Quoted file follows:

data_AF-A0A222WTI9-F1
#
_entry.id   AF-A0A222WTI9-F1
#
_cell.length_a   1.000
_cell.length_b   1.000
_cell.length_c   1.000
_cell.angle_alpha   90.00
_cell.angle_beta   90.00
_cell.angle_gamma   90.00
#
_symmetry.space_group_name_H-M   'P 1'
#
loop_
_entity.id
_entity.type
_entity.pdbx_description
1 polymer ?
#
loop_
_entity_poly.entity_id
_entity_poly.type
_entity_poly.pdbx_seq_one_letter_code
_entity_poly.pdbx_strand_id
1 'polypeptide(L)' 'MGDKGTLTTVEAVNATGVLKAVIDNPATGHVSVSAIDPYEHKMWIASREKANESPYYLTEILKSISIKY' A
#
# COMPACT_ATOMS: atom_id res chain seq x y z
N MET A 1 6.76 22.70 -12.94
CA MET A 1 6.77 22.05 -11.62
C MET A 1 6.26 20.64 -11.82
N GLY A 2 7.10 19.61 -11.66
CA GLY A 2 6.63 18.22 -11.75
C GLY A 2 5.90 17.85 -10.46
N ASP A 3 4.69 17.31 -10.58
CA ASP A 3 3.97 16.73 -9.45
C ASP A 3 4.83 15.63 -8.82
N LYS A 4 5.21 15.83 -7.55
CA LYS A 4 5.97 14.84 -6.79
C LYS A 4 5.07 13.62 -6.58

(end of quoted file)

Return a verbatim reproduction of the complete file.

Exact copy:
data_AF-A0A222WTI9-F1
#
_entry.id   AF-A0A222WTI9-F1
#
_cell.length_a   1.000
_cell.length_b   1.000
_cell.length_c   1.000
_cell.angle_alpha   90.00
_cell.angle_beta   90.00
_cell.angle_gamma   90.00
#
_symmetry.space_group_name_H-M   'P 1'
#
loop_
_entity.id
_entity.type
_entity.pdbx_description
1 polymer ?
#
loop_
_entity_poly.entity_id
_entity_poly.type
_entity_poly.pdbx_seq_one_letter_code
_entity_poly.pdbx_strand_id
1 'polypeptide(L)' 'MGDKGTLTTVEAVNATGVLKAVIDNPATGHVSVSAIDPYEHKMWIASREKANESPYYLTEILKSISIKY' A
#
# COMPACT_ATOMS: atom_id res chain seq x y z
N MET A 1 6.76 22.70 -12.94
CA MET A 1 6.77 22.05 -11.62
C MET A 1 6.26 20.64 -11.82
N GLY A 2 7.10 19.61 -11.66
CA GLY A 2 6.63 18.22 -11.75
C GLY A 2 5.90 17.85 -10.46
N ASP A 3 4.69 17.31 -10.58
CA ASP A 3 3.97 16.73 -9.45
C ASP A 3 4.83 15.63 -8.82
N LYS A 4 5.21 15.83 -7.55
CA LYS A 4 5.97 14.84 -6.79
C LYS A 4 5.07 13.62 -6.58